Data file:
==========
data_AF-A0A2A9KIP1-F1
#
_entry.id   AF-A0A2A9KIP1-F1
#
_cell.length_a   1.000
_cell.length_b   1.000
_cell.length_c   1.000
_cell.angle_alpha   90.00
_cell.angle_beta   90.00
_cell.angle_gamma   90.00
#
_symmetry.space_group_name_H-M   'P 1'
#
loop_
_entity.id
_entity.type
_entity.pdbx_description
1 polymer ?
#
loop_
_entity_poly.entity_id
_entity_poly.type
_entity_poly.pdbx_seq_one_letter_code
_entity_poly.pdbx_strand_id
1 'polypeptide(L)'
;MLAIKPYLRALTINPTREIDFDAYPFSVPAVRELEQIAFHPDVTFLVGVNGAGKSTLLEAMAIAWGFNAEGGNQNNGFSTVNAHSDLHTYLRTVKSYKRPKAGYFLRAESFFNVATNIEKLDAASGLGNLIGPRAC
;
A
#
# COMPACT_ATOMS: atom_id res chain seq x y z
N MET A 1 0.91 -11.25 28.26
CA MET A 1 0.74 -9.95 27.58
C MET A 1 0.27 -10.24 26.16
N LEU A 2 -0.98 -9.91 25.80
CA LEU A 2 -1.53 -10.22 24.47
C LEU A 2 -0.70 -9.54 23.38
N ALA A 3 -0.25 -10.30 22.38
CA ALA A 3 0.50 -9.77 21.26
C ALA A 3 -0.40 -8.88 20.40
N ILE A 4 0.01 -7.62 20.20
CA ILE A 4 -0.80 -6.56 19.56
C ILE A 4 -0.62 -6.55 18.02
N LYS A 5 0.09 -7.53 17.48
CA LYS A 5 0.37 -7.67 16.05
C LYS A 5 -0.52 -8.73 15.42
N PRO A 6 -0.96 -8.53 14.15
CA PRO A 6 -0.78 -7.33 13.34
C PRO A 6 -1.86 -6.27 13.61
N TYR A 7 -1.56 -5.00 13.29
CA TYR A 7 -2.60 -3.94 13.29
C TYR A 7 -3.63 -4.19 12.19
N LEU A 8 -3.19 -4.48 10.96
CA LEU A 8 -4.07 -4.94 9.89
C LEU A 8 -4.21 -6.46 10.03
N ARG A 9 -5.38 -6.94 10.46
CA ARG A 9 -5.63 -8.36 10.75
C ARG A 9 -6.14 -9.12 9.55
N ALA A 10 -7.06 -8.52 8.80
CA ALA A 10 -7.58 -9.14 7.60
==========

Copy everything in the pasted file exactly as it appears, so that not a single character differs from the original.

data_AF-A0A2A9KIP1-F1
#
_entry.id   AF-A0A2A9KIP1-F1
#
_cell.length_a   1.000
_cell.length_b   1.000
_cell.length_c   1.000
_cell.angle_alpha   90.00
_cell.angle_beta   90.00
_cell.angle_gamma   90.00
#
_symmetry.space_group_name_H-M   'P 1'
#
loop_
_entity.id
_entity.type
_entity.pdbx_description
1 polymer ?
#
loop_
_entity_poly.entity_id
_entity_poly.type
_entity_poly.pdbx_seq_one_letter_code
_entity_poly.pdbx_strand_id
1 'polypeptide(L)'
;MLAIKPYLRALTINPTREIDFDAYPFSVPAVRELEQIAFHPDVTFLVGVNGAGKSTLLEAMAIAWGFNAEGGNQNNGFSTVNAHSDLHTYLRTVKSYKRPKAGYFLRAESFFNVATNIEKLDAASGLGNLIGPRAC
;
A
#
# COMPACT_ATOMS: atom_id res chain seq x y z
N MET A 1 0.91 -11.25 28.26
CA MET A 1 0.74 -9.95 27.58
C MET A 1 0.27 -10.24 26.16
N LEU A 2 -0.98 -9.91 25.80
CA LEU A 2 -1.53 -10.22 24.47
C LEU A 2 -0.70 -9.54 23.38
N ALA A 3 -0.25 -10.30 22.38
CA ALA A 3 0.50 -9.77 21.26
C ALA A 3 -0.40 -8.88 20.40
N ILE A 4 0.01 -7.62 20.20
CA ILE A 4 -0.80 -6.56 19.56
C ILE A 4 -0.62 -6.55 18.02
N LYS A 5 0.09 -7.53 17.48
CA LYS A 5 0.37 -7.67 16.05
C LYS A 5 -0.52 -8.73 15.42
N PRO A 6 -0.96 -8.53 14.15
CA PRO A 6 -0.78 -7.33 13.34
C PRO A 6 -1.86 -6.27 13.61
N TYR A 7 -1.56 -5.00 13.29
CA TYR A 7 -2.60 -3.94 13.29
C TYR A 7 -3.63 -4.19 12.19
N LEU A 8 -3.19 -4.48 10.96
CA LEU A 8 -4.07 -4.94 9.89
C LEU A 8 -4.21 -6.46 10.03
N ARG A 9 -5.38 -6.94 10.46
CA ARG A 9 -5.63 -8.36 10.75
C ARG A 9 -6.14 -9.12 9.55
N ALA A 10 -7.06 -8.52 8.80
CA ALA A 10 -7.58 -9.14 7.60